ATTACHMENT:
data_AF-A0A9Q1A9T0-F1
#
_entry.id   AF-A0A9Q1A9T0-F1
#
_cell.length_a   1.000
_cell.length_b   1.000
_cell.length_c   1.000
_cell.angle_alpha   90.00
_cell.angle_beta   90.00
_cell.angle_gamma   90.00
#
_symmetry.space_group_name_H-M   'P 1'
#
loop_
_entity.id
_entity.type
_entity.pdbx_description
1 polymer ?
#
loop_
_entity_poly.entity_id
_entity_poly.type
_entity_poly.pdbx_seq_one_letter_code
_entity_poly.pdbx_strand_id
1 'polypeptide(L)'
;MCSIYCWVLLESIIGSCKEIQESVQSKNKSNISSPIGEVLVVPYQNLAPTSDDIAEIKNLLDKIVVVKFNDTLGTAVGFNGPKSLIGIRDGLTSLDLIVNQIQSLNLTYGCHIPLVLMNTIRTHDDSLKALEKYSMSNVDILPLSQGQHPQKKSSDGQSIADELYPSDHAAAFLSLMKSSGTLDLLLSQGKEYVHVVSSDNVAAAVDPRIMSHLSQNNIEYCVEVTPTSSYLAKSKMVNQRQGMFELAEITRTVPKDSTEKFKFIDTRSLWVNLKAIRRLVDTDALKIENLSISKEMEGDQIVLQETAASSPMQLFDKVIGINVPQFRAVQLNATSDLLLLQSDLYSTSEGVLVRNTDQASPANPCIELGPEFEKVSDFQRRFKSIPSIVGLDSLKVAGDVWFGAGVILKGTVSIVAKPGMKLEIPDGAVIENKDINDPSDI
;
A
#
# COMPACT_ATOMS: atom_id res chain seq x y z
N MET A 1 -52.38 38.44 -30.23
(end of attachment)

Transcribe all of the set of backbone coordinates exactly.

data_AF-A0A9Q1A9T0-F1
#
_entry.id   AF-A0A9Q1A9T0-F1
#
_cell.length_a   1.000
_cell.length_b   1.000
_cell.length_c   1.000
_cell.angle_alpha   90.00
_cell.angle_beta   90.00
_cell.angle_gamma   90.00
#
_symmetry.space_group_name_H-M   'P 1'
#
loop_
_entity.id
_entity.type
_entity.pdbx_description
1 polymer ?
#
loop_
_entity_poly.entity_id
_entity_poly.type
_entity_poly.pdbx_seq_one_letter_code
_entity_poly.pdbx_strand_id
1 'polypeptide(L)'
;MCSIYCWVLLESIIGSCKEIQESVQSKNKSNISSPIGEVLVVPYQNLAPTSDDIAEIKNLLDKIVVVKFNDTLGTAVGFNGPKSLIGIRDGLTSLDLIVNQIQSLNLTYGCHIPLVLMNTIRTHDDSLKALEKYSMSNVDILPLSQGQHPQKKSSDGQSIADELYPSDHAAAFLSLMKSSGTLDLLLSQGKEYVHVVSSDNVAAAVDPRIMSHLSQNNIEYCVEVTPTSSYLAKSKMVNQRQGMFELAEITRTVPKDSTEKFKFIDTRSLWVNLKAIRRLVDTDALKIENLSISKEMEGDQIVLQETAASSPMQLFDKVIGINVPQFRAVQLNATSDLLLLQSDLYSTSEGVLVRNTDQASPANPCIELGPEFEKVSDFQRRFKSIPSIVGLDSLKVAGDVWFGAGVILKGTVSIVAKPGMKLEIPDGAVIENKDINDPSDI
;
A
#
# COMPACT_ATOMS: atom_id res chain seq x y z
N MET A 1 -52.38 38.44 -30.23